In that way these supplements don't inherently "enhance" red light therapy at all, but now you need to titrate the dose of red light therapy and juggle titrating the dose of additional supplements to see how they interact. Adding more variables like supplementation doesn't automatically improve red light therapy, it just makes it more complicated.
In most sections as we review different supplements and topicals, we will also note where the same exact combination can decrease the effectiveness of photobiomodulation.
A different form of light therapy is called Photodynamic Therapy (PDT). PDT is intentionally meant to damage or inhibit unwanted cells like bacteria or cancer cells. They use a photosensitizer chemical that enhances light absorption, then the appropriate wavelength to cause damage. Examples of photosensitizers are Methylene Blue, Curcurmin, Arginine, and Ascorbic Acid - which are the exact same we will also note can be synergistically beneficial to red light therapy in lower doses. 
So we should take pause when supplements or topicals claim to enhance light absorption, since that would imply it could have a PDT effect and not a PBM effect.
The examples in this section illustrate the need to combine red light therapy with other holistic interventions to maximize results. In other words, these examples are not specifically synergistic to red light therapy, but simply help fulfill the goals and benefits by using multiple modalities.
Kitchen Sink Approach
The best clinical example of a holistic approach was a case study recently published in September 2023 in the Journal of Avian Medicine and Surgery.
In it, a parrot had suffered a spinal cord injury and was struggling with it's health. The treatment was to administer fluids, Vitamin A, D, E, anti-inflammatory drugs and painkillers. It also underwent Photobiomodulation, acupuncture, Tui-na massage, and rehabilitation exercises. After 20 days it was released with significant improvement. 
So it is valuable to consider a near-future that photobiomodulation is not only a standard of care, but will be used as a combination therapy with other modalities that help achieve the health goals of the patient.
Weight and Health Markers:
One study combined Low Level Laser Therapy (LLLT) with the Mediterranean Diet to help manage fatty liver disease and help weight loss. 
Another study combined LLLT with exercise and found an improvement over exercise alone to improve lipid markers and manage weight. This study was performed on rats being fed a high-fat diet, and interestingly they tended to gain more weight with LLLT alone without exercise. 
Exercise and PBM for Pain Management:
One study treated osteoarthritis by combining LLLT and exercise - and found the combination worked best. 
Another study on chronic low back pain combined LLLT, spinal manipulations (chiropractic adjustments), and exercise. They found the combination of all 3 treatments performed best.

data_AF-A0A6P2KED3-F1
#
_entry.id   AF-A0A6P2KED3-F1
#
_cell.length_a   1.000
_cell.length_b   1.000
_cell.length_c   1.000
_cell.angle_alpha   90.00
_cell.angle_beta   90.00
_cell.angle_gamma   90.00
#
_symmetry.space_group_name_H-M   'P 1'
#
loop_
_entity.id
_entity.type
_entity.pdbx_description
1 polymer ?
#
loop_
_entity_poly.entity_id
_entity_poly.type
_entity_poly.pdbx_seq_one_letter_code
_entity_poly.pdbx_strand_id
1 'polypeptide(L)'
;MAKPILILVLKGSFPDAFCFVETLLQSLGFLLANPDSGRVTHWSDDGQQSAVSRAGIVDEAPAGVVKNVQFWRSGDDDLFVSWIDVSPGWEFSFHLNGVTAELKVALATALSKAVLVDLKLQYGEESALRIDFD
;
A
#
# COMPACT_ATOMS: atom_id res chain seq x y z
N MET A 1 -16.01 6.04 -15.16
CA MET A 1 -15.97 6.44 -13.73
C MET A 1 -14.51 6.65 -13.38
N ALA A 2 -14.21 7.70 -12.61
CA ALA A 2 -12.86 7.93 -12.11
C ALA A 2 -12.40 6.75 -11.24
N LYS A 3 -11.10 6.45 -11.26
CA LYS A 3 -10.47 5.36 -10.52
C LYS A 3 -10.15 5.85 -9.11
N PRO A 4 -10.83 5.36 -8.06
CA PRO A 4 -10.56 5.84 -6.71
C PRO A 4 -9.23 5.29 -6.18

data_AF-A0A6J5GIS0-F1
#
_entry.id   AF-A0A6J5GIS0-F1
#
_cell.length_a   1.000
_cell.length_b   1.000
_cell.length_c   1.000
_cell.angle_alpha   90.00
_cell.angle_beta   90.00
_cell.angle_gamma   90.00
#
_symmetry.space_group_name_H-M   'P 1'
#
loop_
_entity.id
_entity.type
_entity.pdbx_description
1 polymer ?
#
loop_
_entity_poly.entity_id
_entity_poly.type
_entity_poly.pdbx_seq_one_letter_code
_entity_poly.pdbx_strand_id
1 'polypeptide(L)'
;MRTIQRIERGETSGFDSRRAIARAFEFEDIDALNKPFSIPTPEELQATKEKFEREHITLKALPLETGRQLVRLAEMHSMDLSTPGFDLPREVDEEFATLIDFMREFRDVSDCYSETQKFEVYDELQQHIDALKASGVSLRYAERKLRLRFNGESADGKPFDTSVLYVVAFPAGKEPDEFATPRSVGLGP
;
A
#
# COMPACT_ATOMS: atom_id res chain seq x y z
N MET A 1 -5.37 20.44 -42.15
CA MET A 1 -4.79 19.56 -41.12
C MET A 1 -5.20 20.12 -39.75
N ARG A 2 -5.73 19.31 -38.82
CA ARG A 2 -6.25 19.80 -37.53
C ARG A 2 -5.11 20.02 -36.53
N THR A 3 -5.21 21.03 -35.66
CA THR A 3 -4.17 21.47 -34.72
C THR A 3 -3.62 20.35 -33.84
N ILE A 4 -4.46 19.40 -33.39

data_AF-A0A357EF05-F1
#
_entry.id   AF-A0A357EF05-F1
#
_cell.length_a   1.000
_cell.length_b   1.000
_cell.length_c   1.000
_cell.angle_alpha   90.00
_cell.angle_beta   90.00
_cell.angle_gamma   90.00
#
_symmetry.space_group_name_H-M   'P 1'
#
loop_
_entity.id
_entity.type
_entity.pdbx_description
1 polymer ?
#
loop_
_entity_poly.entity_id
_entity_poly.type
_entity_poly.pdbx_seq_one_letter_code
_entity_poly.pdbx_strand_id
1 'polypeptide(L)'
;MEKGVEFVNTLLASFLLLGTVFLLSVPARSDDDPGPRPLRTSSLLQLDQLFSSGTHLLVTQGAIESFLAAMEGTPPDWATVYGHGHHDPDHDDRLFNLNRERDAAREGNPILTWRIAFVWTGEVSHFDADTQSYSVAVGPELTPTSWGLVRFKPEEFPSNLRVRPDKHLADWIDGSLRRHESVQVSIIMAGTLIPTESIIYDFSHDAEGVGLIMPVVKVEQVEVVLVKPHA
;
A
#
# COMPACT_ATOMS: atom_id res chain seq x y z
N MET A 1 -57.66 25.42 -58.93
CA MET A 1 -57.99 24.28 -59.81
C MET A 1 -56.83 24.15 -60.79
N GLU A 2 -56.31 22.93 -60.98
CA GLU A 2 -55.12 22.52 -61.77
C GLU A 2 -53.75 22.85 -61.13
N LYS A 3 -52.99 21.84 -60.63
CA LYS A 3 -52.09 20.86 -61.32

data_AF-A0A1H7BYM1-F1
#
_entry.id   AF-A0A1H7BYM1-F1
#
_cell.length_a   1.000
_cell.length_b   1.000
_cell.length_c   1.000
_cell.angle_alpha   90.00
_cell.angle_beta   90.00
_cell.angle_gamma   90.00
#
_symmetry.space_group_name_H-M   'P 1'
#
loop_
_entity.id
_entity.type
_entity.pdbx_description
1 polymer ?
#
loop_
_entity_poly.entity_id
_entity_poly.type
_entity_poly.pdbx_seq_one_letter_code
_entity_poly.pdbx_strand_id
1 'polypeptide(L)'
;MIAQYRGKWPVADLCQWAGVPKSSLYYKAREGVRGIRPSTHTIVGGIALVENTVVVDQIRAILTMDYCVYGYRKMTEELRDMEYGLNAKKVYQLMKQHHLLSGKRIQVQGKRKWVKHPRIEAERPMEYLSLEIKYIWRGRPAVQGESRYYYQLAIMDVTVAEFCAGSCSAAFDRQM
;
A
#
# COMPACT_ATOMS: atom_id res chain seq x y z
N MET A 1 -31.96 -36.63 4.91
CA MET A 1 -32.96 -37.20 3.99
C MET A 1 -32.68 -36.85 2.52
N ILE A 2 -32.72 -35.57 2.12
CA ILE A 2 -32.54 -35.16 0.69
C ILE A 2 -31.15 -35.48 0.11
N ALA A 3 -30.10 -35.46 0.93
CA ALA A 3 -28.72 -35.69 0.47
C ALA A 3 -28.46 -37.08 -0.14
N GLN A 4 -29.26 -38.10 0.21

This is essentially what I did to solve my own personal chronic low back pain several years ago. It likely would not have been resolved with light therapy alone, it was in combination with working with a chiropractor and exercises.
B Vitamins and PBM
One study combined B Vitamins and PBM to manage neuropathic pain in rats. They found the combination worked faster than the individual interventions.
For reference, here are the B Vitamins used for this trial on combination with PBM:
"vitamins B complex, thiamine, pyridoxine and cyanocobalamin (B1, B6 and B12, respectively)". 
Another study also used B Vitamins and PBM to treat pain in rats. While all groups showed an improvement, the combination did not show a significant advantage over the individual interventions. 
Weight Loss and Body Circumference:
A review of LLLT on fat reduction makes this statement about the recommended supplements to combine with the LLLT treatments.
"In addition, manufacturers encourage consumers to use some supplements such as vitamin B5 and L-carnitine, Ginkgo biloba or green tea to reinforce circulatory and lymphatic systems (56)." 
Another study made this comment that the results were confounded by the combination of supplements and LLLT. Even though the patients lost significant inches during the trial, they can't say for sure if it was from the LLLT, the supplements, or the combination.
"However, the study had several limitations such as lack of control group as well as administration of dietary supplements (niacin, niacinamide, l-carnitine, omega-3 fish oil, ginko biloba, and decaffeinated green tea) in the study subjects ." 
So despite confounding the variables, it may be complimentary to take some of these supplements if the goal is weight loss or reduced body circumference.
Mitochondrial Support: Electron Donor Supplements
Now lets look at some supplements that offer synergistic mechanisms to red light therapy.